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This is my home built electric car.

My electric car has been designed as a low cost city car, with a top speed of 80 km/hr, and a range of 50km.
This is perfect for my country, where 2/3'rds of people commute less than 10km, and 77% of the electricity is generated from renewable sources :)

I charge the car at home using night rate electricity, and it has zero polution !

Yes ZERO polution :)

In New Zealand 77% of our electricity is from renewable sources.
This number is averaged over the year, in reality it is changing all the time, depending on the load.
At night they turn off the expensive coal and gas powerplants, leaving the hydro, wind and geothermal plants running. Therefore if I charge my car at night, and drive whenever I want, I produce zero emmisions :)

This is very improtant to me, and since we share the same atmosphere, it should be improtant to you :)

My electric car has a 72v battery pack, running a 400A controller into a Mars 1003 brushed, permanent magnet motor.
These motors are very simple, cheap and available here on the web for less than US$750 !

The Motor is connected directly to the gearbox shaft, there is no clutch.
There is actually no need for a clutch when you don't need to keep a combustion engine idling. Electric motors are fine with starting and stopping, in fact it saves energy at lights when you don't need to keep a motor running.
In a traffic jam people in combustion cars can run out of fuel, not so in an electric car. Electric cars only use energy when they are propelling the car forward.
No idling, No wasted fuel !
Idling gets ZERO miles per gallon.

Electric car heater design:

An electric engine doesn't produce the kilowatts of waste heat that an internal combustion engine produces. Thus an electric car has to look elsewhere for heating.
I'm designing a heater for my e-car, balancing the cost, complexity and safety. I'm also keenly aware that I don't want to use too much power from my battery pack.
Many home built electric cars these days use ceramic heater cores. Ceramic heaters are great,they provide instant heat and are safer than resistive heating elements due to their lower temperature.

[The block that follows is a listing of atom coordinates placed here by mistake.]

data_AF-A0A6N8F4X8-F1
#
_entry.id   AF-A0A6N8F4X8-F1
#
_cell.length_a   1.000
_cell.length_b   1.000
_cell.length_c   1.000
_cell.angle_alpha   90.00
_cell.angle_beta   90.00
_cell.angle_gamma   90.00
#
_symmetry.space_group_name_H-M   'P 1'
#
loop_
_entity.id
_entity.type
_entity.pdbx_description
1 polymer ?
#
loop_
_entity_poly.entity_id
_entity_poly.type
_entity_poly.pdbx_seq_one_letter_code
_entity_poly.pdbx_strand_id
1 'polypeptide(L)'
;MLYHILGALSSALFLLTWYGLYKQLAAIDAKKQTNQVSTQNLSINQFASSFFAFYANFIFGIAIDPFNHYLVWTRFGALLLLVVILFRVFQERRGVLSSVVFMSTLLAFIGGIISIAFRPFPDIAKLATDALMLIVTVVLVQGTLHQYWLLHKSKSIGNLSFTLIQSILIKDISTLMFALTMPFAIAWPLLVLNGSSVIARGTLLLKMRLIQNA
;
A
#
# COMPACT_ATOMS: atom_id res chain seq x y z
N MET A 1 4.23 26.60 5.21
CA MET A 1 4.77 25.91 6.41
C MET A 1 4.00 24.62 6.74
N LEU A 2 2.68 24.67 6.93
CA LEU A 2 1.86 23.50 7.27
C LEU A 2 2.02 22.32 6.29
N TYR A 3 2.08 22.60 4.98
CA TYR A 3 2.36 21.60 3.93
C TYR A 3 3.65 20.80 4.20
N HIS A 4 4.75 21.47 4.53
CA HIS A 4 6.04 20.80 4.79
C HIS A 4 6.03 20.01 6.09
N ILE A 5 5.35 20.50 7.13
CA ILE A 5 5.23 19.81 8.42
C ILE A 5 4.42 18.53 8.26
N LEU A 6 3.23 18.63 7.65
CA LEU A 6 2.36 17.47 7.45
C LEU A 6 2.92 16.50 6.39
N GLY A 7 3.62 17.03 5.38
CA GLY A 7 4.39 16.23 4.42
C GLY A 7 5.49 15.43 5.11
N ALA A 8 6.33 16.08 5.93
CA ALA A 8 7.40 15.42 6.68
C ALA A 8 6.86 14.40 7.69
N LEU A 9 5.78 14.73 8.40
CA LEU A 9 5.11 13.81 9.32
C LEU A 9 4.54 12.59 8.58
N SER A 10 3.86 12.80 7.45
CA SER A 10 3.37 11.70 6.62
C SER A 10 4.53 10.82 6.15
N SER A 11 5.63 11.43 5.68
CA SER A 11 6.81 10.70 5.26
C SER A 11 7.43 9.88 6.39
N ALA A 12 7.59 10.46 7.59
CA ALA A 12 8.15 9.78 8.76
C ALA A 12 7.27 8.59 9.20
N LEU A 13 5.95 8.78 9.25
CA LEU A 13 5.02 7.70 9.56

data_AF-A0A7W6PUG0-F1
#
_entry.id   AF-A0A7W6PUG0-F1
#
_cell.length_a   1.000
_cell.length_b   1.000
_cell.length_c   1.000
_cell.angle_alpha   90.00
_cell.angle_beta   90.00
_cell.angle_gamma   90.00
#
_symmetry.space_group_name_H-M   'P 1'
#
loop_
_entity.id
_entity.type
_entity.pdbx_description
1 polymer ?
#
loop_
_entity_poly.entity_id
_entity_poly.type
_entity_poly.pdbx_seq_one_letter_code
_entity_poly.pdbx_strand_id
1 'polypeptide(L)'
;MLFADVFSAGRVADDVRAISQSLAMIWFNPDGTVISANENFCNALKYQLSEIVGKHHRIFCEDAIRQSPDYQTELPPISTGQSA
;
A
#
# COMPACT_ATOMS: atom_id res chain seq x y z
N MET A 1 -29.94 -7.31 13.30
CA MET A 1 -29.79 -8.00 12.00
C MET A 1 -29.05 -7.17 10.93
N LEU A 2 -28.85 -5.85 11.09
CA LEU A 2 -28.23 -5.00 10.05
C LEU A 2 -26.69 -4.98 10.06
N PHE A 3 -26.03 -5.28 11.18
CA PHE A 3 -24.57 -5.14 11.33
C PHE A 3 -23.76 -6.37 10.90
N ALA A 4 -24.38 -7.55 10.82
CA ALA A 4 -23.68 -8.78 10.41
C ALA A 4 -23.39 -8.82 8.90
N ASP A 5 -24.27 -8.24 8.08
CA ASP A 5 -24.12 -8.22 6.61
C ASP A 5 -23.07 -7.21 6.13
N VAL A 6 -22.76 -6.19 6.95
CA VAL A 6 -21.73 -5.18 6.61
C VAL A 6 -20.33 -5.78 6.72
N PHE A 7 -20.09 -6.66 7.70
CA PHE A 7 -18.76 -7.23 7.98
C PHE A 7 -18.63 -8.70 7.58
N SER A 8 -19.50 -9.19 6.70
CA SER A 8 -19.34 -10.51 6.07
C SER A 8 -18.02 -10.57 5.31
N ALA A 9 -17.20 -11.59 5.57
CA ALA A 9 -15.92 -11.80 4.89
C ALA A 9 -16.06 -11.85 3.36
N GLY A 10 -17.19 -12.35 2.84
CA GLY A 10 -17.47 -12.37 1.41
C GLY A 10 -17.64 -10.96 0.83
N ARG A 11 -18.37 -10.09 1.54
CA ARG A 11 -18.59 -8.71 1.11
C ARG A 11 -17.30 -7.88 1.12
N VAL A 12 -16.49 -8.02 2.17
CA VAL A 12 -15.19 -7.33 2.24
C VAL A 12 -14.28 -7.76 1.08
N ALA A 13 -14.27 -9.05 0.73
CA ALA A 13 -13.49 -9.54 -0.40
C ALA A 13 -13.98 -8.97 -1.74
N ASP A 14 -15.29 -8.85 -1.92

However for my lower than standard battery pack voltage, they aren't an option.
My plan is to keep the original heater core, and heat it with an off the shelf truck engine heater.

How much power do I need ?
To keep my electrical power useage low, and still retain a fast heating time, I'm going to have to keep the water volume low.
To heat 1ml of water 1`C requires 1 Cal of energy.
1 Cal = 4.18J
Thus to heat 500ml of water up by 20`C, I will need 500*20*4.18 = 41800 Joules
To convert this ammount of energy, to an electrical power input, I need to divide by time.
Because 1watt = 1joule / 1second
(Joules are a measure of energy-has units of time, but watts are a measure of power-no units of time).
However power multiplied by time gives energy :)

Now 1 Joule = 1 watt for 1 second,
so to do all this heating in 1 second will take 41,800w !!!

But if I heat it over 30 seconds,
It will only require 1,400watts.

This is very manageable, using my pack voltage of 72v, it is only 20amps.
This will give me adequate heating, faster than an internal combustion car, and not reduce my range much at all :)

How to build such a heater ?

I've trawled the web looking for a pre-existing product that does a similar job, since it's always cheaper to buy something that is already mass produced !
I've settled on a non-pumped, truck engine pre-heater from the USA.
The 120v 2000 w version will provide about 1200w of heating from my cars 72v DC.

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